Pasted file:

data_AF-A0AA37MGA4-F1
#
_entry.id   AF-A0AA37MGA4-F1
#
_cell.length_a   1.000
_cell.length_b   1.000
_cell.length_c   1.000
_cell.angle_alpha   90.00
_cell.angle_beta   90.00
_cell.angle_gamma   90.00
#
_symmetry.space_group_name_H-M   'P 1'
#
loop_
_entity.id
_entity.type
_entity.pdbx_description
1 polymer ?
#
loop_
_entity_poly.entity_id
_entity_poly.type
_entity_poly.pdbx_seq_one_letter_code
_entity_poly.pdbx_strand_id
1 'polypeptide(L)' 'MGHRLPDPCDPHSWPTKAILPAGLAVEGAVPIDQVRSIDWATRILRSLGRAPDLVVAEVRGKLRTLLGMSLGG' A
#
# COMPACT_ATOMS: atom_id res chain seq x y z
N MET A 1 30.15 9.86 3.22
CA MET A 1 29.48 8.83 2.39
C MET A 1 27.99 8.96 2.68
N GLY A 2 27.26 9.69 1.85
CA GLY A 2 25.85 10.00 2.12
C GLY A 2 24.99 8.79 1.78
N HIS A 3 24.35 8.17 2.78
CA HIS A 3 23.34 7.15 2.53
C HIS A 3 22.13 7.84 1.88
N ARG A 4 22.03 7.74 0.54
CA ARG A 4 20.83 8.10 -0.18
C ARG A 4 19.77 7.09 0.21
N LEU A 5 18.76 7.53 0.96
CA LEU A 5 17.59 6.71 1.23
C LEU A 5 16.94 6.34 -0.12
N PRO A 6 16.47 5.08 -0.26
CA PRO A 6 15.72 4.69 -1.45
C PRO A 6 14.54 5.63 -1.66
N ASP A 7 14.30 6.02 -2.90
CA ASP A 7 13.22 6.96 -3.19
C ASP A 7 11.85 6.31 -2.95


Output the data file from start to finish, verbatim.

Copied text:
data_AF-A0AA37MGA4-F1
#
_entry.id   AF-A0AA37MGA4-F1
#
_cell.length_a   1.000
_cell.length_b   1.000
_cell.length_c   1.000
_cell.angle_alpha   90.00
_cell.angle_beta   90.00
_cell.angle_gamma   90.00
#
_symmetry.space_group_name_H-M   'P 1'
#
loop_
_entity.id
_entity.type
_entity.pdbx_description
1 polymer ?
#
loop_
_entity_poly.entity_id
_entity_poly.type
_entity_poly.pdbx_seq_one_letter_code
_entity_poly.pdbx_strand_id
1 'polypeptide(L)' 'MGHRLPDPCDPHSWPTKAILPAGLAVEGAVPIDQVRSIDWATRILRSLGRAPDLVVAEVRGKLRTLLGMSLGG' A
#
# COMPACT_ATOMS: atom_id res chain seq x y z
N MET A 1 30.15 9.86 3.22
CA MET A 1 29.48 8.83 2.39
C MET A 1 27.99 8.96 2.68
N GLY A 2 27.26 9.69 1.85
CA GLY A 2 25.85 10.00 2.12
C GLY A 2 24.99 8.79 1.78
N HIS A 3 24.35 8.17 2.78
CA HIS A 3 23.34 7.15 2.53
C HIS A 3 22.13 7.84 1.88
N ARG A 4 22.03 7.74 0.54
CA ARG A 4 20.83 8.10 -0.18
C ARG A 4 19.77 7.09 0.21
N LEU A 5 18.76 7.53 0.96
CA LEU A 5 17.59 6.71 1.23
C LEU A 5 16.94 6.34 -0.12
N PRO A 6 16.47 5.08 -0.26
CA PRO A 6 15.72 4.69 -1.45
C PRO A 6 14.54 5.63 -1.66
N ASP A 7 14.30 6.02 -2.90
CA ASP A 7 13.22 6.96 -3.19
C ASP A 7 11.85 6.31 -2.95